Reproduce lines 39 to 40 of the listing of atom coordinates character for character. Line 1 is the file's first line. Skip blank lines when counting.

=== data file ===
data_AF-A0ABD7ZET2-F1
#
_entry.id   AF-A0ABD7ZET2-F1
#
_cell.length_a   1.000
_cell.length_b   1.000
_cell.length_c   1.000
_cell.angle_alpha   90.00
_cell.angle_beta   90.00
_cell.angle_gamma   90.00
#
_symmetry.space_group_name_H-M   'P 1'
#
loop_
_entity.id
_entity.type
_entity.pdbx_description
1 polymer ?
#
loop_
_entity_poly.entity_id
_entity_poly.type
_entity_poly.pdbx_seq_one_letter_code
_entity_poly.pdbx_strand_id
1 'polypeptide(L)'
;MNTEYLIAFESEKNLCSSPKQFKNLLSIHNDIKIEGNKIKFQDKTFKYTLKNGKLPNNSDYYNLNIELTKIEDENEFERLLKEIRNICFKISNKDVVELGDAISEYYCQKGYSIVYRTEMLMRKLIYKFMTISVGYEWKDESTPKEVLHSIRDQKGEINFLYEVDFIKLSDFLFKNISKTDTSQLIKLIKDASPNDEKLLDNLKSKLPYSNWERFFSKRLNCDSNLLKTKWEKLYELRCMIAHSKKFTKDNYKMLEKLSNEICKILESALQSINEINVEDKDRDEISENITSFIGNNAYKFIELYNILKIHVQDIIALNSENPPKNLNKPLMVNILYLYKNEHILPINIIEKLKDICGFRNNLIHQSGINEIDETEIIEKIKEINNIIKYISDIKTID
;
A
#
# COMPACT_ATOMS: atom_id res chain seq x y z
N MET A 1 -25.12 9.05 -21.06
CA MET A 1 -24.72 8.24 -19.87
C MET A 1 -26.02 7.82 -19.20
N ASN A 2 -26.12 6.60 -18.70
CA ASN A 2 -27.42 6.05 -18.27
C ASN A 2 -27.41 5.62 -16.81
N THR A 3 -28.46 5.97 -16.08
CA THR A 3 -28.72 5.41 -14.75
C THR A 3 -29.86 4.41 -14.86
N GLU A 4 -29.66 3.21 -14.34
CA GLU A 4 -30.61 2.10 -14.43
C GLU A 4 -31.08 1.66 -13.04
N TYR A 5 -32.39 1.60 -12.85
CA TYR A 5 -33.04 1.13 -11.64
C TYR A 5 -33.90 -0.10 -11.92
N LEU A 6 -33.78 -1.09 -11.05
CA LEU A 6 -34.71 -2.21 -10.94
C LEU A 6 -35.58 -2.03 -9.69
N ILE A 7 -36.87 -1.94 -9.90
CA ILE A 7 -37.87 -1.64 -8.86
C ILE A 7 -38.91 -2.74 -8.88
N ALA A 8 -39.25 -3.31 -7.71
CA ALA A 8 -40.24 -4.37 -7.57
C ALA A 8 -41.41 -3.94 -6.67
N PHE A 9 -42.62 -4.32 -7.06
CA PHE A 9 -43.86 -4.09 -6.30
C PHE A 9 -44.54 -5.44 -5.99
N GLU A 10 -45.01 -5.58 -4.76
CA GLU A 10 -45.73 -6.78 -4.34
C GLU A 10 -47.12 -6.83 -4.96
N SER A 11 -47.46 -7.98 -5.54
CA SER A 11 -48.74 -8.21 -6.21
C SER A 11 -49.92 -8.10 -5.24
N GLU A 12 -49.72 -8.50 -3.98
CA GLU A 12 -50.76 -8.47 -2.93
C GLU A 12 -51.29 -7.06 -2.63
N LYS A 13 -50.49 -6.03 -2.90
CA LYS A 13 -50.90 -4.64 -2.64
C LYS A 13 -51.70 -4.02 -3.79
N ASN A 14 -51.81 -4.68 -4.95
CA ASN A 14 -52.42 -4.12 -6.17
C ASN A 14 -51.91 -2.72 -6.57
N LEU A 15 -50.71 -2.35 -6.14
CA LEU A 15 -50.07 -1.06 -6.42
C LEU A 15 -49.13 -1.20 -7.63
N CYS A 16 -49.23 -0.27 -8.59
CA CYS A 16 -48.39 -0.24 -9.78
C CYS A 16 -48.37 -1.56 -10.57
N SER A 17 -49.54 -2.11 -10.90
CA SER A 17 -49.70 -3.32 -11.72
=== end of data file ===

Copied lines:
C THR A 3 -29.86 4.41 -14.86
N GLU A 4 -29.66 3.21 -14.34